Voices from the drought

cattle rancher riding in front of brown, dry California hills

Hear how cattle ranchers are coping with the water shortage in our podcast series, Voices From the Drought.

Produced by the Rangeland Watershed Laboratory, UC Davis Plant Sciences Department.  

Water supply

Putting some myths about California’s drought to rest

"As the effects of the drought worsen, two persistent water myths are complicating the search for solutions. One is that environmental regulation is causing California’s water scarcity. The other is that conservation alone can bring us into balance."

Read more in this editorial by the UC Davis Center for Watershed Sciences and the Public Policy Institute of California.

Will California’s drought extend into 2015?

What are the chances the drought will continue into next year?  UC Davis researchers take a peek behind the numbers with their drought prediction in the California Waterblog.  Center for Watershed Sciences Director Jay Lund says dry conditions can lead to more of the same: 

Transcript of Jay Lund on 2015 drought chances

Drought forcing many to drill for water

Kern County farmer Greg Wegis spent more than $1 million this year digging four wells on his property.

Hear his story in our Voices From the Drought series, produced by the UC Davis Department of Plant Sciences.

See also: Drought drives drilling frenzy for groundwater in California. (WBZ)

Drought cheat sheet

How dry are we? How can we manage the effects of the drought?  

More in the California WaterBlog produced by the Center for Watershed Sciences.

Future supply of California groundwater focus of Central Valley water technology conference

Tom Tomich, director of the UC Davis Agricultural Sustainability Institute, told attendees it is certain that population growth will continue and competition for fresh water supplies will intensify.  However, "if society figures out how to manage systems-water, soil, pollinators-we'll be fine," Tomich said.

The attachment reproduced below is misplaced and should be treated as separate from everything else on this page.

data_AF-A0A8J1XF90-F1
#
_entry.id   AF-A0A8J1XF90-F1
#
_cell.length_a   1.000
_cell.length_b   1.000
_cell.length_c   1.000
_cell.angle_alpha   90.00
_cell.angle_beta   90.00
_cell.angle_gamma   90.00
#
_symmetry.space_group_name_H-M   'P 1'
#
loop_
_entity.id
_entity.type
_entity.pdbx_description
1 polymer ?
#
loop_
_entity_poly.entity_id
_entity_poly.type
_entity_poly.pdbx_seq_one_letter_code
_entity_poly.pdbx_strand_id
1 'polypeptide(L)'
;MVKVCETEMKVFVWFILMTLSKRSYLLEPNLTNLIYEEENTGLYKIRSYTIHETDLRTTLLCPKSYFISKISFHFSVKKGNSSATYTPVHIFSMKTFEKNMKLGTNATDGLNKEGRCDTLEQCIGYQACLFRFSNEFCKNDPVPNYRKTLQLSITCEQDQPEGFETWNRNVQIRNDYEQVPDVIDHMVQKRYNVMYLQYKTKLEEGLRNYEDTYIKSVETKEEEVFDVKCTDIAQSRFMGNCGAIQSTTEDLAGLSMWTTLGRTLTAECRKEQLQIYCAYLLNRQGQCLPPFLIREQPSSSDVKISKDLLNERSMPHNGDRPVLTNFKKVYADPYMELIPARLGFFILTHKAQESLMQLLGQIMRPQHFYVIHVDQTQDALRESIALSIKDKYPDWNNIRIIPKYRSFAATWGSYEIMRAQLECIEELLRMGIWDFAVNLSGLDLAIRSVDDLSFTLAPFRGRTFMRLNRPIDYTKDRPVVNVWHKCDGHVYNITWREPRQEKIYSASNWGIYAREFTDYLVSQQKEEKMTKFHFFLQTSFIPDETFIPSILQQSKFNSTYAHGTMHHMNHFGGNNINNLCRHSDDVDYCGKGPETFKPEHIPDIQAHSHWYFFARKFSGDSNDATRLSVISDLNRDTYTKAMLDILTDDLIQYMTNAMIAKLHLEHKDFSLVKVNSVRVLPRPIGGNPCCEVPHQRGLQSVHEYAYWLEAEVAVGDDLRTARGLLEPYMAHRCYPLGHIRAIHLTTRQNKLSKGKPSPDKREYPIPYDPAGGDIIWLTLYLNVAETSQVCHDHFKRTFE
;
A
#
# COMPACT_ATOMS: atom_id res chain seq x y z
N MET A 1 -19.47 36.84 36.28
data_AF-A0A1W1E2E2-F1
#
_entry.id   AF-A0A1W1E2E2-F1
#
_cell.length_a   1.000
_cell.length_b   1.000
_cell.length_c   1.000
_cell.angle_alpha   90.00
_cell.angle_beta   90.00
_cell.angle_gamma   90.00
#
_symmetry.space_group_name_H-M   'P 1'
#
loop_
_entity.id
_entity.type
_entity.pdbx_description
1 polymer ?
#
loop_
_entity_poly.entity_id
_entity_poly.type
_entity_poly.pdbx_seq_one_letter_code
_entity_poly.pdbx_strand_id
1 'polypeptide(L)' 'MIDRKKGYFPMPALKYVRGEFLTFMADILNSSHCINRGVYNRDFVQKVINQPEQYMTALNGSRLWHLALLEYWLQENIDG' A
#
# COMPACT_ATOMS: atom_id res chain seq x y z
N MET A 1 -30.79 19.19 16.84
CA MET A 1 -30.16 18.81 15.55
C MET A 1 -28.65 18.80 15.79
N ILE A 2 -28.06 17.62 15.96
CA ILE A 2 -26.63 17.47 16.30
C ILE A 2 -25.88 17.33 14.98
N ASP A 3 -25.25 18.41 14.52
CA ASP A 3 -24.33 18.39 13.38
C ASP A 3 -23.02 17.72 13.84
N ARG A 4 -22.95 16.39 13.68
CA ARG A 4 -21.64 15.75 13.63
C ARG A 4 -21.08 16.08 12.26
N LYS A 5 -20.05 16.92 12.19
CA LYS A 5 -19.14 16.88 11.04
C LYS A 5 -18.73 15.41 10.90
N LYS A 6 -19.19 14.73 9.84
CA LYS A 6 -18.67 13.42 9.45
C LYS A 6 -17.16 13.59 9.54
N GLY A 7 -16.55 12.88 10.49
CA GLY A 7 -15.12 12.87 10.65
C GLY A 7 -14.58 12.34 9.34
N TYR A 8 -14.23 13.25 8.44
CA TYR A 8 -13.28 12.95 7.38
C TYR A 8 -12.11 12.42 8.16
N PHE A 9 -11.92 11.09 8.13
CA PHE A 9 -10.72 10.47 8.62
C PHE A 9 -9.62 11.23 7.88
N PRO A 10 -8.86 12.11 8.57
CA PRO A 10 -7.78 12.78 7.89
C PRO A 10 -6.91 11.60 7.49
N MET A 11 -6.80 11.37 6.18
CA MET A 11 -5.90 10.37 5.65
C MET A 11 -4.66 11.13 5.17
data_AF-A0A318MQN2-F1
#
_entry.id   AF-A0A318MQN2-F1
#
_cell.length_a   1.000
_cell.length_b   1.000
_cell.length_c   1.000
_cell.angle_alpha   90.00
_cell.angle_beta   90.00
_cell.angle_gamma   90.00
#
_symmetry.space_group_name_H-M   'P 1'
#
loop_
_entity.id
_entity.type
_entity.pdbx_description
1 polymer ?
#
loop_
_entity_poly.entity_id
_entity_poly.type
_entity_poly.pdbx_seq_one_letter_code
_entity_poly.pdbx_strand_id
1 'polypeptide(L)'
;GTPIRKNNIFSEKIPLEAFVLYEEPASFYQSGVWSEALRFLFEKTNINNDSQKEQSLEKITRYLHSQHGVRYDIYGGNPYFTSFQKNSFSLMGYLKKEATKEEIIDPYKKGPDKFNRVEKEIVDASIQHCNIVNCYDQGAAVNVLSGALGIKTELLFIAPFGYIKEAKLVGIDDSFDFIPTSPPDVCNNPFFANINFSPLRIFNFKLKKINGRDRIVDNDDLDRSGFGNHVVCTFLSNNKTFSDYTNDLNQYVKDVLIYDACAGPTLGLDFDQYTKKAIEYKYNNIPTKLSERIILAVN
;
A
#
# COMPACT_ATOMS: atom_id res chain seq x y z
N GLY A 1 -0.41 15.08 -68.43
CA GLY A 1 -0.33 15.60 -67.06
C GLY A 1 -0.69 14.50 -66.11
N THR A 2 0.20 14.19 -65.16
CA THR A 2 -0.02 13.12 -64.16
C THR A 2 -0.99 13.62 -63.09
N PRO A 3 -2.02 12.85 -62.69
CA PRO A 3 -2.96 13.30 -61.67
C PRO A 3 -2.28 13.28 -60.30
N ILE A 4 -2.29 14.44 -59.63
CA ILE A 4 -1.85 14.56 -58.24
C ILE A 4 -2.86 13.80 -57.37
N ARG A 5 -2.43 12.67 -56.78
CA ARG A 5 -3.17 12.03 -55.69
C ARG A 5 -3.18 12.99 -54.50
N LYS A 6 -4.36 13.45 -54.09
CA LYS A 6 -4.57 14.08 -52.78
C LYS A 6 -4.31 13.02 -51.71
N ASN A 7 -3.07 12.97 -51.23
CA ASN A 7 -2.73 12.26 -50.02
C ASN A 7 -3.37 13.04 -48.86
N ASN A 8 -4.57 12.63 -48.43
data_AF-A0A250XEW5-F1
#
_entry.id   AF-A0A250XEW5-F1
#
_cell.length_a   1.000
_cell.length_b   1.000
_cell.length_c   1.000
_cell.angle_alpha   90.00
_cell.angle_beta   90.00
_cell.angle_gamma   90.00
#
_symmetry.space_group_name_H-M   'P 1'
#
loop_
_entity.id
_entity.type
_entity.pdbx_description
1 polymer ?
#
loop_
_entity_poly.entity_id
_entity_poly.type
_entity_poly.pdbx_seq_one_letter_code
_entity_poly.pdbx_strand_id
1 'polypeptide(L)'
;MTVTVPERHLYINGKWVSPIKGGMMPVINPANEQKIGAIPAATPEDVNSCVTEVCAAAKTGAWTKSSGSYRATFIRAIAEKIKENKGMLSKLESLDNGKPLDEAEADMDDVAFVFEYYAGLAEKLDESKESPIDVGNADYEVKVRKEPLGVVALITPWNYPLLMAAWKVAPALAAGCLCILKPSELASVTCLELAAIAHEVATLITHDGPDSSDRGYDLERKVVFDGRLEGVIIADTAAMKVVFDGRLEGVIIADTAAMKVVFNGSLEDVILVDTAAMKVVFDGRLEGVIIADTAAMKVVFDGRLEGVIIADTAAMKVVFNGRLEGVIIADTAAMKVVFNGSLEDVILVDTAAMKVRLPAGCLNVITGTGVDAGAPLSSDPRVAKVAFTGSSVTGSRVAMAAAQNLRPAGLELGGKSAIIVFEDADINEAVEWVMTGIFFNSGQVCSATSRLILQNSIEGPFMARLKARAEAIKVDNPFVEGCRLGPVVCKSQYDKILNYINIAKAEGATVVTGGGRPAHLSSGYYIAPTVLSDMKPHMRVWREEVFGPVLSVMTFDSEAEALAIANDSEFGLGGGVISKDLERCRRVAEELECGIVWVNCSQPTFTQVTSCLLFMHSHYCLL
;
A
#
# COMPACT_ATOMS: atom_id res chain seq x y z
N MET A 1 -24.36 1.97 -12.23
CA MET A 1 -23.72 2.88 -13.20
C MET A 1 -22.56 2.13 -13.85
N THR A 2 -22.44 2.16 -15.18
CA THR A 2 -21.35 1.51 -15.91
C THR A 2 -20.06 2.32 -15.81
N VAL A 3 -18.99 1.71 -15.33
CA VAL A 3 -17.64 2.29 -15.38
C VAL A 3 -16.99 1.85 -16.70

Water bonds can't do it alone

Researchers with the UC Davis Center for Watershed Sciences and the Public Policy Institute say it's time to consider not only which areas are most in need of bond dollars, but also which other sources of funds and reforms are needed to keep California's water system financially afloat.  

Watershed Sciences director Jay Lund explains:

Transcript of Jay Lund on water bonds

More in the California Waterblog.

Quenching the psychological thirst

Mark Lubell, UC Davis professor of Environmental Science and Policy, thinks our response to drought should be focused on building a cushion to be prepared for the next time it happens.

Environment

UC Davis researcher Robert Meese with blackbird

Drought partially to blame for decline in tricolored blackbird

A survey in California coordinated by UC Davis staff researcher Robert Meese found a loss of more than 255,000 birds since 2008.

The tricolored blackbird has faced breeding challenges during this time due to a variety of factors, and also has been indirectly hurt by the drought which has dried up nesting habitat in wetlands.

Is giving fish less water during drought good for water users?

"Progress in California water management and policy will require stakeholders to move beyond habitual conflicts and look toward their common long-term interests — for both water deliveries and the environment."  More in the California WaterBlog produced by the UC Davis Center for Watershed Sciences.

UC Davis water researchers challenged by drought

Three straight years of extremely dry conditions can make a river scientist pretty thirsty for data.

Sarah Yarnell hasn’t had a drop in five months on her stream-monitoring project - in a rainforest, no less.

She’s leading a team of researchers with the UC Davis Center for Watershed Sciences that has been watching and waiting for sediment movement in a coastal stream in the redwoods near Fort Bragg.

Consumer

ShowerCap app fights drought at home

shower head

Want an easy way to fight the drought and cut down on your water use this summer? 

There’s an app for that. 

It’s called ShowerCap, a creation of UC Davis Center for Watershed Sciences researcher Nick Santos. The free app keeps track of your shower times, and helps set goals for water savings. 

Navy shower anyone?